The fact that some people think this is a design flaw is silly IMHO. By that reasoning, it's a design flaw that guns have triggers and can shoot people. If you can't figure out how to clear a gun before you pull the trigger, you shouldn't have one. It's just not complicated...at all!
 

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The fact that some people think this is a design flaw is silly IMHO. By that reasoning, it's a design flaw that guns have triggers and can shoot people. If you can't figure out how to clear a gun before you pull the trigger, you shouldn't have one. It's just not complicated...at all!
Please refer to Murphy's Law...
 

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Please refer to Murphy's Law...
Agreed. Not only Murphy, but his 'Idiots Corollary' as well. Not only will things go wrong when they can, but you also have to factor in the idiocy level of the participants in determining the severity of the inevitable consequences. In other words, Murphy is truly happy in the company of morons!
 

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The fact that some people think this is a design flaw is silly IMHO. By that reasoning, it's a design flaw that guns have triggers and can shoot people. If you can't figure out how to clear a gun before you pull the trigger, you shouldn't have one. It's just not complicated...at all!
Much Agreed!

People thinking this is a design flaw, have a design flaw in their thinking, imo!
 

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^^^
^^^
^^^
^^^
Probably at least some truth in both viewpoints.

Especially given known differences in human intelligence.
 
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I was on a rescue squad for many years and saw a bunch of gun suicides/accidents. Most were out and out suicides abut a few were "I was cleaning the gun" type of accident. What better way than to relieve the family of the stigma of suicide and get full insurance death benefits.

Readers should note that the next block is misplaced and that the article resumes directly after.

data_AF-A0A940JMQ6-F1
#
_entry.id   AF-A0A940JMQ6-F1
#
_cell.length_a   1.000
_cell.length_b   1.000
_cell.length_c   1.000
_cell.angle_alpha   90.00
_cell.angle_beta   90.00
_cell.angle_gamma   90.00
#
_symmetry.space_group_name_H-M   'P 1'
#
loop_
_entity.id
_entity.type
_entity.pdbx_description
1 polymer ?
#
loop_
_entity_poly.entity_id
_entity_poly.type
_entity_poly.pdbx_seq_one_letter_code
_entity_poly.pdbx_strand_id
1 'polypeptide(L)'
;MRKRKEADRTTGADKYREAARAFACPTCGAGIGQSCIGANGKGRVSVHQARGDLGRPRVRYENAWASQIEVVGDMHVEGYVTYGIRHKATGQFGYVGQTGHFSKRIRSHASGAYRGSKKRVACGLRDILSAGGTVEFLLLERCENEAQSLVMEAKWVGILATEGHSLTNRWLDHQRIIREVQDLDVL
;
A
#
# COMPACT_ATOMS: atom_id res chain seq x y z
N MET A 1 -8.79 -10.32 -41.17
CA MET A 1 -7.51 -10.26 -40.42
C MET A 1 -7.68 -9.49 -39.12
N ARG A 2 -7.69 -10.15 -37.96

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From a long-ago employment, this reminds me of the warning signs on potato slicers, a high rpm device with very sharp blades, in Frito-Lay plants. I suppose some people need to be reminded...
My 1st day acting as plant safety officer, on top of my Q.C. role, the lead die-maker called on me. He wanted me to approve a bending die to form 000, i.e. heavy gauge wire. The die had no guard and was rotating the bent part through an ~80deg arc. Consulting the O.S.H.A. manual ... the die clearly did not comply. The die-maker was all upset:

  • it's only for 6 prototype parts
  • she's the best press-brake operator ...
  • ... you're insulting her
  • making a guard means delay on urgent parts
  • you're being unreasonable

New at the company; my 1st day at this role; the die-maker had been the safety officer before my predecessor; my 1yr at steel fab to his 30yrs; and my 20yrs old to his 50yrs. Without a guard nor my approval, the run was started. At the 4th part she had her head in the arc of the wire and was badly injured. Never had to argue about safety after that, just drop the operator's name: end of discussion.
 
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^^^ So many similar (true) stories in industry. There's always people who never learn.
 
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^^^ So many similar (true) stories in industry. There's always people who never learn.
The die-maker himself bent the last 2 1/2 parts; shop steward and myself watching. We couldn't wait to build and install a guard because ...

- We've already lost 1/2 the workday getting <the operator> to the E.R. and filling out accident reports!

We watched to make sure he didn't get his head in the way ... I didn't even wait 'til he pressed the pedal, point at the floor and ask:

What's that?!?!?

Really ... didn't even think of it until writing this post >40yrs later.